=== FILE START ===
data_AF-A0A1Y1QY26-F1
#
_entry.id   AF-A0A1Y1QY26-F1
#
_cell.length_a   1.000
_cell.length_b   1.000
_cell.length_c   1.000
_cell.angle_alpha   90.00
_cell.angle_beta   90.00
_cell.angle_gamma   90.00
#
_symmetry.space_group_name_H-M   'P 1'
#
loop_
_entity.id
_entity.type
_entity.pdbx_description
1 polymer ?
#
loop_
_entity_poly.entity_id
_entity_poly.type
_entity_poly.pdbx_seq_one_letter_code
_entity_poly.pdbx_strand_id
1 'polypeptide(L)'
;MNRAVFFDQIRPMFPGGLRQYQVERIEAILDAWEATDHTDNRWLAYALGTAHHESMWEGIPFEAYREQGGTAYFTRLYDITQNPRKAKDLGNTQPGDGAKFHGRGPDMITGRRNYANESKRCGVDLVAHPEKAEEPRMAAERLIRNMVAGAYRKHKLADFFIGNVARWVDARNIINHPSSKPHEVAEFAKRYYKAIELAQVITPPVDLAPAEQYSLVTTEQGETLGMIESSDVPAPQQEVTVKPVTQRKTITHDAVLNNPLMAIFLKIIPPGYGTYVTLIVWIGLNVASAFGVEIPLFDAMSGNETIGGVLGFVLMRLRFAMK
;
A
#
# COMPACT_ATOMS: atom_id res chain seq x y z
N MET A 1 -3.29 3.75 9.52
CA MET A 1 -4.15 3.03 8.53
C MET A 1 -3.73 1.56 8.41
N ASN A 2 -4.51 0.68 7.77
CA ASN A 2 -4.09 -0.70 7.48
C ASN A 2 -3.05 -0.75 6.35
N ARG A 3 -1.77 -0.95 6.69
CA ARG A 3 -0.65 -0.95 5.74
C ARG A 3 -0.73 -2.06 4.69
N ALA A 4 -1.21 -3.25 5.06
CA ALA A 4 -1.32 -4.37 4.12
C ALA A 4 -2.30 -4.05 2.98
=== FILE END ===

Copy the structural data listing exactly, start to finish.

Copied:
data_AF-A0A1Y1QY26-F1
#
_entry.id   AF-A0A1Y1QY26-F1
#
_cell.length_a   1.000
_cell.length_b   1.000
_cell.length_c   1.000
_cell.angle_alpha   90.00
_cell.angle_beta   90.00
_cell.angle_gamma   90.00
#
_symmetry.space_group_name_H-M   'P 1'
#
loop_
_entity.id
_entity.type
_entity.pdbx_description
1 polymer ?
#
loop_
_entity_poly.entity_id
_entity_poly.type
_entity_poly.pdbx_seq_one_letter_code
_entity_poly.pdbx_strand_id
1 'polypeptide(L)'
;MNRAVFFDQIRPMFPGGLRQYQVERIEAILDAWEATDHTDNRWLAYALGTAHHESMWEGIPFEAYREQGGTAYFTRLYDITQNPRKAKDLGNTQPGDGAKFHGRGPDMITGRRNYANESKRCGVDLVAHPEKAEEPRMAAERLIRNMVAGAYRKHKLADFFIGNVARWVDARNIINHPSSKPHEVAEFAKRYYKAIELAQVITPPVDLAPAEQYSLVTTEQGETLGMIESSDVPAPQQEVTVKPVTQRKTITHDAVLNNPLMAIFLKIIPPGYGTYVTLIVWIGLNVASAFGVEIPLFDAMSGNETIGGVLGFVLMRLRFAMK
;
A
#
# COMPACT_ATOMS: atom_id res chain seq x y z
N MET A 1 -3.29 3.75 9.52
CA MET A 1 -4.15 3.03 8.53
C MET A 1 -3.73 1.56 8.41
N ASN A 2 -4.51 0.68 7.77
CA ASN A 2 -4.09 -0.70 7.48
C ASN A 2 -3.05 -0.75 6.35
N ARG A 3 -1.77 -0.95 6.69
CA ARG A 3 -0.65 -0.95 5.74
C ARG A 3 -0.73 -2.06 4.69
N ALA A 4 -1.21 -3.25 5.06
CA ALA A 4 -1.32 -4.37 4.12
C ALA A 4 -2.30 -4.05 2.98